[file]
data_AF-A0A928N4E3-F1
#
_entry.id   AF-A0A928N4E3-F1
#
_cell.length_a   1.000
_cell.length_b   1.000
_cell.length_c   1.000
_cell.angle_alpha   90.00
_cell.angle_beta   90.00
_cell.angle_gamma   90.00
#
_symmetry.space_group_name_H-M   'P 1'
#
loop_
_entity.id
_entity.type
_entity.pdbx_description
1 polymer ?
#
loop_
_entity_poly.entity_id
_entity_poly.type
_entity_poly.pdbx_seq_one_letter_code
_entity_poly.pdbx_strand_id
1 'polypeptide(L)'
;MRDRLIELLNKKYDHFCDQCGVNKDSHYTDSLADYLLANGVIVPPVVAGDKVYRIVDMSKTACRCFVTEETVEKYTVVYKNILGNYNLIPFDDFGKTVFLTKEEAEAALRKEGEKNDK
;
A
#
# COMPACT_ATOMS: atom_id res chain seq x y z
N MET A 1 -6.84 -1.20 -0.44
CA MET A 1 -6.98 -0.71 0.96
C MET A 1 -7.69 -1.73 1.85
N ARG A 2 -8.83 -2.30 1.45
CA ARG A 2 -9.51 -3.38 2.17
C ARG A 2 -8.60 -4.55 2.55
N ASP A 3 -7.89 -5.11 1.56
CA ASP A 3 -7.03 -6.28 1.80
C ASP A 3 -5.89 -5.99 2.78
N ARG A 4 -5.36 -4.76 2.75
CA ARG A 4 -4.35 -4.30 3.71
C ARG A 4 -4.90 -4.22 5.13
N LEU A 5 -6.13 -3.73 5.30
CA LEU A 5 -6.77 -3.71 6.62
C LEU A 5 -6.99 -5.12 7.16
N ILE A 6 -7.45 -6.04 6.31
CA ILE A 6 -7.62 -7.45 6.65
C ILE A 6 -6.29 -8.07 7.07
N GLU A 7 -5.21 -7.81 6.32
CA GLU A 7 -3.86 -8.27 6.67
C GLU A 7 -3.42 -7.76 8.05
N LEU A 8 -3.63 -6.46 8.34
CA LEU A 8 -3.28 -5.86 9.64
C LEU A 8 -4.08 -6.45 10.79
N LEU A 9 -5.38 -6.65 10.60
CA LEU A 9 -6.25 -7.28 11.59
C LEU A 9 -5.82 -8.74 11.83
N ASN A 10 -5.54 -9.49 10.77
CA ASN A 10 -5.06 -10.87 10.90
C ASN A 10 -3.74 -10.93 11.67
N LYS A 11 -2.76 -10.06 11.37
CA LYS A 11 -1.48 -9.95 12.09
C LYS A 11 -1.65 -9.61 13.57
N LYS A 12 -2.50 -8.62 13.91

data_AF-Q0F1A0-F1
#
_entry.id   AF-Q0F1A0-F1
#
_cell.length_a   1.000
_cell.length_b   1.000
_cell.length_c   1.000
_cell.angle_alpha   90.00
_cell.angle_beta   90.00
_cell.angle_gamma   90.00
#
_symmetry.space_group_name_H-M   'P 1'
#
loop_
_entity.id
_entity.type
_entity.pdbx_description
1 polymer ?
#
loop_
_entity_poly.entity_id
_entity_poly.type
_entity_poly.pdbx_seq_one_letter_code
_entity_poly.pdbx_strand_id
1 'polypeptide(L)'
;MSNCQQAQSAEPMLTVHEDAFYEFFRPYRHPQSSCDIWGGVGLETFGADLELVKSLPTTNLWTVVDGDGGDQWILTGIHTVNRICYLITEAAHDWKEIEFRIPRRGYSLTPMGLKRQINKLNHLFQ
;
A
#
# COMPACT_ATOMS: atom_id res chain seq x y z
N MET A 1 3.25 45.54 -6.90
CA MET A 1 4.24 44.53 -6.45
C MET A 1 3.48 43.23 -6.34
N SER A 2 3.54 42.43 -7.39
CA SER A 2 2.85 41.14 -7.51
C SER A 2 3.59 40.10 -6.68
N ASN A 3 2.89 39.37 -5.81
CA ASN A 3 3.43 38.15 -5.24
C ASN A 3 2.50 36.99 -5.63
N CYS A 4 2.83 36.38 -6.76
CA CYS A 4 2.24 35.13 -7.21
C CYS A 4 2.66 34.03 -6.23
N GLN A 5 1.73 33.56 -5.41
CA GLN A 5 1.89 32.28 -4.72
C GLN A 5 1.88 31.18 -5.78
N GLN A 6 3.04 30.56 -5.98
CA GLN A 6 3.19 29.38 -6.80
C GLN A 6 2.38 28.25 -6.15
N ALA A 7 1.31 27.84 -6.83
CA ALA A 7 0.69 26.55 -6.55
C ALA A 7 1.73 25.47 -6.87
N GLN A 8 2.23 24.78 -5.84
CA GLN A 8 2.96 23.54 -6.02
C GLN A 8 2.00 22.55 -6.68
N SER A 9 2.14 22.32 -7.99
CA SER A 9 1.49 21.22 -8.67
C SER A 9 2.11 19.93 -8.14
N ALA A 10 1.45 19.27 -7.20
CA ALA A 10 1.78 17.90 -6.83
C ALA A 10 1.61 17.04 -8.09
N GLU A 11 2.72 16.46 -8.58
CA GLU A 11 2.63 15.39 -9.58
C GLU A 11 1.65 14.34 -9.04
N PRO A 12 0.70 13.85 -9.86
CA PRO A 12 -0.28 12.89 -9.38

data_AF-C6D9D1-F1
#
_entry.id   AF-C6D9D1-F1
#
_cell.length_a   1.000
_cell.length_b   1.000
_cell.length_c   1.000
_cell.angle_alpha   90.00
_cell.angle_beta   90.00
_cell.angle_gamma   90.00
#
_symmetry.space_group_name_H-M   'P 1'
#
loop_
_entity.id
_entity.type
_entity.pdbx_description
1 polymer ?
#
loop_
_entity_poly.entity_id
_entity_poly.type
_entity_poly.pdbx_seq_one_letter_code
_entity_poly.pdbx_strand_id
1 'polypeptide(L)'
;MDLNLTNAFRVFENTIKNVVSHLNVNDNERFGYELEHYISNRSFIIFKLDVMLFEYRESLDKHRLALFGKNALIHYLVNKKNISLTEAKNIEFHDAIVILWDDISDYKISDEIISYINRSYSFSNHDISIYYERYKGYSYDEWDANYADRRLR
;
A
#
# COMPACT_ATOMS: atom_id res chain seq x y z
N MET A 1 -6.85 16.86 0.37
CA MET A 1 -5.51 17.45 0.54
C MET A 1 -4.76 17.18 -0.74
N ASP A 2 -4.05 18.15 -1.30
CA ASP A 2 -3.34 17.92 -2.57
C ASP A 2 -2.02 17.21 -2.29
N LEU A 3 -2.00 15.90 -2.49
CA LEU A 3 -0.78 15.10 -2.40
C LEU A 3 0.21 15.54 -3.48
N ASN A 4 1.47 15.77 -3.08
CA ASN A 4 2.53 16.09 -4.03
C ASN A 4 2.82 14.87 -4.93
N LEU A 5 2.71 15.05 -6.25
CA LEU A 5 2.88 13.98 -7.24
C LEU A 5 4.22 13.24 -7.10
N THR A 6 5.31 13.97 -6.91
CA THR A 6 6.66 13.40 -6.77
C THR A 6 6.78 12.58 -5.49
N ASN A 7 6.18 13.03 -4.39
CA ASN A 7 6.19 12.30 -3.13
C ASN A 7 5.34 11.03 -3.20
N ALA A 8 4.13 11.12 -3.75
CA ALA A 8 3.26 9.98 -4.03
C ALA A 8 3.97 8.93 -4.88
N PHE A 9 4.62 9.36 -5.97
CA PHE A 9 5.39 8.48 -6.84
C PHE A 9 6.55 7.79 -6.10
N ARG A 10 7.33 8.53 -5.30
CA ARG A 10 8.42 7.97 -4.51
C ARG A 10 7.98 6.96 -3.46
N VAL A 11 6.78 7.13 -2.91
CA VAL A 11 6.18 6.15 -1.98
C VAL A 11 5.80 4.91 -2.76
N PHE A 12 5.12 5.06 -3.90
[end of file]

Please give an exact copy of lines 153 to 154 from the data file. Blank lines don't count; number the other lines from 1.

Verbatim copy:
_entity_poly.pdbx_strand_id
1 'polypeptide(L)'